Time in Thomas Mann’s The Magic Mountain, Part 1.

“Can one tell-that is to say, narrate-time, time itself, as such, for its own sake?   That would surely be an absurd undertaking.”  So Thomas Mann asks and answers one of the fundamental questions of his novel.  It is the “magic” of the “magic mountain” that obscures definite flatland time and establishes the verities of timelessness and infinite space.  However, Mann qualifies this thought by stating that one can only tell a story of time by assuming that time is  something flowing, a succession where one event follows another.  Mann actually views time as something inordinately complex and puzzling.  Humans lack any time organ that could measure it precisely.  Also, watches and clocks have no “feeling for the limits, divisions, or measurements of time.”  A concept of time must embody its actual value, relative value, circular quality, its relation to change and its essential unreality.  Time is so central to his work that he includes two complete sections:  “Excursus on the Sense of Time” and “By the Ocean of Time”, which are philosophical interpretations of time.

He speaks about the scientific definition of time:  the measurement of motion in space.  However, time is extremely relative like the distance from one place to another.  A long train journey might take twenty hours, by foot it would be greatly longer and in the mind it might take but a second.  And the motion of the seasons is also relative.  The calendar might indicate a regular succession of months, but in appearance and in effect, spring might be a phase of winter and autumn might reflect pieces of summer.  The very equinoctial movements are only relative for they anticipate each subsequent season in the midst of a current season.  The seasons flow with time not with the “actual state of the calendar.” Relative time flows like a piece of music.  It is a succession that requires more than one sound, but needs others to form a pattern.  Mann speaks of relative time as a “line composed of a succession of dimensionless points…  that goes on bringing about changes.”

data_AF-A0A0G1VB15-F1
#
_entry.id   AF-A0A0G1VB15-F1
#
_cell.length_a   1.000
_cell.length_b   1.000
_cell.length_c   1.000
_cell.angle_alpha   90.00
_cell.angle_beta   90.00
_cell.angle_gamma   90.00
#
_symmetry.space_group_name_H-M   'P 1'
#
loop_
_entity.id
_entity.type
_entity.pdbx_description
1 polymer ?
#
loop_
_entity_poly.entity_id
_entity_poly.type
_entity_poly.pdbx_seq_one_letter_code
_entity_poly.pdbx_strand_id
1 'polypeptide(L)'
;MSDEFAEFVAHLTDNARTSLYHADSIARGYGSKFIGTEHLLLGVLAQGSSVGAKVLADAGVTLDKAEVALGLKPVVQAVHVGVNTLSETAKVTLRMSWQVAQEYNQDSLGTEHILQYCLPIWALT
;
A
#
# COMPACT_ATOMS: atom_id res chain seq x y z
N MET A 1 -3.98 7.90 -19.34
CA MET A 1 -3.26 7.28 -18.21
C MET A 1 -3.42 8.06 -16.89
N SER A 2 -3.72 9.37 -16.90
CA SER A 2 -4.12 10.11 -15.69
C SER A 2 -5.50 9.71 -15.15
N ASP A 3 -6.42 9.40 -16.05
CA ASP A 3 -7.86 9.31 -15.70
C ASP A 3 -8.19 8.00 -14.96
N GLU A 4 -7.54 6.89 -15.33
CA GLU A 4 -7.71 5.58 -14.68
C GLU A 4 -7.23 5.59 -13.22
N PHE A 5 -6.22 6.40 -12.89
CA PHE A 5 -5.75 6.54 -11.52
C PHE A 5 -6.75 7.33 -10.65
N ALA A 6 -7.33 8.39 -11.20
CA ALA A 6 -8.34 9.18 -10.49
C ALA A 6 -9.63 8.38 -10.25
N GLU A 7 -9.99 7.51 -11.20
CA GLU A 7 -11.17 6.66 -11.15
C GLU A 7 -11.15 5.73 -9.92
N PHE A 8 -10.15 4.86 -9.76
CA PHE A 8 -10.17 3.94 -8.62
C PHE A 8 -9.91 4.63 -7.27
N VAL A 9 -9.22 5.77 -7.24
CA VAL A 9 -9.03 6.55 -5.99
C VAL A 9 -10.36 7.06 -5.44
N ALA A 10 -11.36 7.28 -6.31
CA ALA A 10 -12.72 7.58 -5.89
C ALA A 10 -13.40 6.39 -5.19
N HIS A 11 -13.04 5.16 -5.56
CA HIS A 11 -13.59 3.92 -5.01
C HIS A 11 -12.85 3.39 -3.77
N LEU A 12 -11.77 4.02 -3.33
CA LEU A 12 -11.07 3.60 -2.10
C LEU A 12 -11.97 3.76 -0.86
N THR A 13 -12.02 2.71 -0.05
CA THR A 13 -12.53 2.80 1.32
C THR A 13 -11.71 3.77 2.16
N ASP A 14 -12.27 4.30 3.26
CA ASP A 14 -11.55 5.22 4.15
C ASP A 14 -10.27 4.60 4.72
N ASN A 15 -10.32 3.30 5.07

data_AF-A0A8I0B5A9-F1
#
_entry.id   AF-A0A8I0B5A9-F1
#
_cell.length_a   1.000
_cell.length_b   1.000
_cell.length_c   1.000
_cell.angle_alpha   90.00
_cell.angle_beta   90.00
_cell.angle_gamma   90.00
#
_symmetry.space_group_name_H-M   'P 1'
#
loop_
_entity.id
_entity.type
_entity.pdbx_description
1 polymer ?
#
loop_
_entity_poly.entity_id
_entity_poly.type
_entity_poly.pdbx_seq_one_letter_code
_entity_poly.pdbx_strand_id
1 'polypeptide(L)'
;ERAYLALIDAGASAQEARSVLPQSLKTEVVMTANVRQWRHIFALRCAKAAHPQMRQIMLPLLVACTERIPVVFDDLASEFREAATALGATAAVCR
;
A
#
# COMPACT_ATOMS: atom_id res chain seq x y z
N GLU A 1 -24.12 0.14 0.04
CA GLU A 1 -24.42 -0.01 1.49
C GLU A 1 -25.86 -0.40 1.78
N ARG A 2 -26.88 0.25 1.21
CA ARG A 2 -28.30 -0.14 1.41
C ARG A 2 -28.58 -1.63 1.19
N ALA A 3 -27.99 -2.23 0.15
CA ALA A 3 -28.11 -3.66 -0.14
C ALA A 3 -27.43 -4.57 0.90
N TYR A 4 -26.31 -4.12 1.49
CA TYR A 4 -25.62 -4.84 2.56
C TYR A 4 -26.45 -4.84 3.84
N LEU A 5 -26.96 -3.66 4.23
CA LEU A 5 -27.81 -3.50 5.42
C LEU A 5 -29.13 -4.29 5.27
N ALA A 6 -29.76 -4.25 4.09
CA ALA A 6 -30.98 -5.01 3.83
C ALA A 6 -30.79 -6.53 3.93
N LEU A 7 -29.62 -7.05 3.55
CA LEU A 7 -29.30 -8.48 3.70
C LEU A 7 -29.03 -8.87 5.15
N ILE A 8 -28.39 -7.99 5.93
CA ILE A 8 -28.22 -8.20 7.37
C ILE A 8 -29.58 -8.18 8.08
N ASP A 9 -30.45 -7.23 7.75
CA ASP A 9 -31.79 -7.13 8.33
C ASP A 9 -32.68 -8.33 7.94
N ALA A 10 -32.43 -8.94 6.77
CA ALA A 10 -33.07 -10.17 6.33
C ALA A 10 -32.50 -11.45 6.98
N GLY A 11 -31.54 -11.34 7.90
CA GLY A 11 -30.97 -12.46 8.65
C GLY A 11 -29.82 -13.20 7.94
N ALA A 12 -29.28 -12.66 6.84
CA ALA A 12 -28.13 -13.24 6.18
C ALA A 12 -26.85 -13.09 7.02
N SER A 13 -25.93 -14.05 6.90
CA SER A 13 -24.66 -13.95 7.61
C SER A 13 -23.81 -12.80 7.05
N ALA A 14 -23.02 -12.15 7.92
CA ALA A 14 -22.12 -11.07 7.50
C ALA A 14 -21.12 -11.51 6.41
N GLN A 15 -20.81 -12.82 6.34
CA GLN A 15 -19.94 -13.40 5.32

Time is also circular.  After eons or seconds, all is as it was in the beginning.  Time cannot be shortened by novelty.  At first, novelty may seem to pass quickly, but as one becomes accustomed to the novelty, one shifts back to the old life and it is if the novelty has never existed.  Even monotony cannot make time seem long; “great spaces” of monotonous time merely shrink together and make the longest life appear short.  Earth’s very movement and the motions of the planets return to the point they have set out from.  Time is so much of a circle that Mann says it is a “cessation of movement–for the there repeats itself constantly in the here, the past in the present.”  But, at the zero point, an acceleration begins that leads through subsequent changes until finally zero is reached again.  And time change in a cell can be compared to time change in the individual.  An individual is born only to die, but in death he has only “closed his eyes on time.”  In fact, the individual has an abundance of time and is “timeless.”  The dissolution process of death is caused by combination with oxygen in the process of oxidation.  Here the circular time is complete, because life also rests on oxidation.  Living consists in dying and the dead partake of life processes.